Meeting an Old Friend

“You are poised for greatness,” my friend says matter-of-factly.

We immediately engage in a conversation about the subjectivity of abstract nouns and the relativity of emotive adjectives, using all the Arabic equivalents of latinizations, nominalizations, and pedantic psycho-babble.

Now and then, we cuss and swear. Our undeclared understanding is that swearing, although unnecessary, is a sign of street-cred and worldly wisdom when uttered by the pseudo-intellectual in sporadic, intermittent throes.

“Even vulgarity becomes relative at times of polarization.”
He corrects me instantly, “it always is”.

We review the decrepitude of morals on today’s television channels and stand on either side of a rift. “Swearing is fun,” I argue. “It embosses boring bagatelles of our daily small-talk. It should be done quite more often, in public, and with feeling.”
He sternly contradicts. “But modern billingsgate on the tube betrays a puerile imbecility of pundits.” I realize it’s a quote he heard somewhere, but I am keen to acknowledge it as his own, as I am sure he will return the favour soon.

The encounter ebbs and flows as we flex the feeble muscles of superficial intellect, and exchange the timid profanities of middle class yuppies. We speak well enough to be unintelligible, and the convexity of our parlance is designed to compound the simplest of notions, and to dull the most lucid of ideas. As old friends we need prove nothing to one another, but it is good practice for when we need to prove something to someone else later.

Like two awful golf players, we dig out divots of bungled sentences in the smooth landscape of language. We are not to blame though, for we live in the era of flaunt and haughtiness. Simplicity is no longer a virtue. Straightforwardness is an unforgivable blunder of social character. Not only was our conversation a sign of the times, the way we talked was an inevitable occupational hazard. After all, it was my job to “represent”, as it was his job to “advertise”. And in the course of our daily routines lying, or harmless equivocations uttered with positive intentions, becomes a habit.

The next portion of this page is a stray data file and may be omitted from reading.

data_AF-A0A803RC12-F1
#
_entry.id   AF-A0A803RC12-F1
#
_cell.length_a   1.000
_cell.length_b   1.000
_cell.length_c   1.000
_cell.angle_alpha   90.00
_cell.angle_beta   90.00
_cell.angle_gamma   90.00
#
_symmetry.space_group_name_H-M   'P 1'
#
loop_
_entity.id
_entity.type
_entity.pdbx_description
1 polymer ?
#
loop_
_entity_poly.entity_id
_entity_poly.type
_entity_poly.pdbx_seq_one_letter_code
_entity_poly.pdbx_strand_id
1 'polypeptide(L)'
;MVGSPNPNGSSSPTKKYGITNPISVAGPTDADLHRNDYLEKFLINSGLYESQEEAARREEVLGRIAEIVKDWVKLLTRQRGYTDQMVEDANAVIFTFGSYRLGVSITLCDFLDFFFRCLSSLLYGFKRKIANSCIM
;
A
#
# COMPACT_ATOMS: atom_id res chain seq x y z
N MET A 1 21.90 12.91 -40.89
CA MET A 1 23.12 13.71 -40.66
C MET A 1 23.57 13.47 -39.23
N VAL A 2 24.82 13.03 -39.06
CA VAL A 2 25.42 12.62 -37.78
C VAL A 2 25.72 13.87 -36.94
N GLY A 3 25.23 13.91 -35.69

And so we turn to our favourite subject; marketing. How to make things sell. How to make ourselves sell. In the course of our discussions we always tended to turn inanimate nouns into agents, and humans into objects. Religion does, politics explores, the media cheats. Whereas men were boxed into categories, shelved in social classes, and price-tagged with certain quantities of charisma or appeal. We did it all the time, until we eventually forgot how normal people spoke. Not that we were normal by any means. We were way and beyond. Normal was far beneath us. Normal was everyone else. And yet we perfectly fitted our own spruced-up version of normalcy.

In the remembrance-of-things-past portion of our meeting, we come across other old friends. One who was particularly bashful came to mind this time. There was a certain oddness about his self-effacing nature, his coy demure, and the way he never fully stood by his own opinion despite his vast array of knowledge. Modern day sainthood, if you ask anyone. But in our discussion it somehow becomes “a pernicious attribute of character that renders the individual unsellable.”

There was a time when we tired the moon with chant and levity. But today we are older, and all we seemed to tire was the underpaid waiter in the overpriced café. It is time once more to descend to the streets and make our way home through the muddle. I think of an aggrandized epilogue to our banal discussions. “Only someone who is truly educated realizes the limits of his knowledge,” I say as we depart. But I mince my words, for tonight I proved to myself again how ignorant I truly am.

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